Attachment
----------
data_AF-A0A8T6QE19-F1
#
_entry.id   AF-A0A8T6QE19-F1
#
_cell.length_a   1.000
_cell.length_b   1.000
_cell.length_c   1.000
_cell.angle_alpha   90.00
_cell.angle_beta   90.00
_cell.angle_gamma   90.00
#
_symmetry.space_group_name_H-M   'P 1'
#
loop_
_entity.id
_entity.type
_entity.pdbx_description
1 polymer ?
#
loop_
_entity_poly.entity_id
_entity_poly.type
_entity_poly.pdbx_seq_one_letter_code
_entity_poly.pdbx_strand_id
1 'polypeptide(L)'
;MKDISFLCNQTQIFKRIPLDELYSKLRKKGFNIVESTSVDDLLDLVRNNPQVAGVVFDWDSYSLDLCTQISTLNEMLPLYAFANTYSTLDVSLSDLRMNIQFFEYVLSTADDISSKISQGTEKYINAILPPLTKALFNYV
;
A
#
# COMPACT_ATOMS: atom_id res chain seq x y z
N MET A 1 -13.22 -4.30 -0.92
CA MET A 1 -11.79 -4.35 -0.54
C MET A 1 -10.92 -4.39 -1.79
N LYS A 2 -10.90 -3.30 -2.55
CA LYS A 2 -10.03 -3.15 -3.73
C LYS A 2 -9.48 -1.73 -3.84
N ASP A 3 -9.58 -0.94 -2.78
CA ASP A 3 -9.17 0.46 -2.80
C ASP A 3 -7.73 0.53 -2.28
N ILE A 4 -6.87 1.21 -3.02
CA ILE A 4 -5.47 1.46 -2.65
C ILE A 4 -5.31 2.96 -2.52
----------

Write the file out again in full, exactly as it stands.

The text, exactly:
data_AF-A0A8T6QE19-F1
#
_entry.id   AF-A0A8T6QE19-F1
#
_cell.length_a   1.000
_cell.length_b   1.000
_cell.length_c   1.000
_cell.angle_alpha   90.00
_cell.angle_beta   90.00
_cell.angle_gamma   90.00
#
_symmetry.space_group_name_H-M   'P 1'
#
loop_
_entity.id
_entity.type
_entity.pdbx_description
1 polymer ?
#
loop_
_entity_poly.entity_id
_entity_poly.type
_entity_poly.pdbx_seq_one_letter_code
_entity_poly.pdbx_strand_id
1 'polypeptide(L)'
;MKDISFLCNQTQIFKRIPLDELYSKLRKKGFNIVESTSVDDLLDLVRNNPQVAGVVFDWDSYSLDLCTQISTLNEMLPLYAFANTYSTLDVSLSDLRMNIQFFEYVLSTADDISSKISQGTEKYINAILPPLTKALFNYV
;
A
#
# COMPACT_ATOMS: atom_id res chain seq x y z
N MET A 1 -13.22 -4.30 -0.92
CA MET A 1 -11.79 -4.35 -0.54
C MET A 1 -10.92 -4.39 -1.79
N LYS A 2 -10.90 -3.30 -2.55
CA LYS A 2 -10.03 -3.15 -3.73
C LYS A 2 -9.48 -1.73 -3.84
N ASP A 3 -9.58 -0.94 -2.78
CA ASP A 3 -9.17 0.46 -2.80
C ASP A 3 -7.73 0.53 -2.28
N ILE A 4 -6.87 1.21 -3.02
CA ILE A 4 -5.47 1.46 -2.65
C ILE A 4 -5.31 2.96 -2.52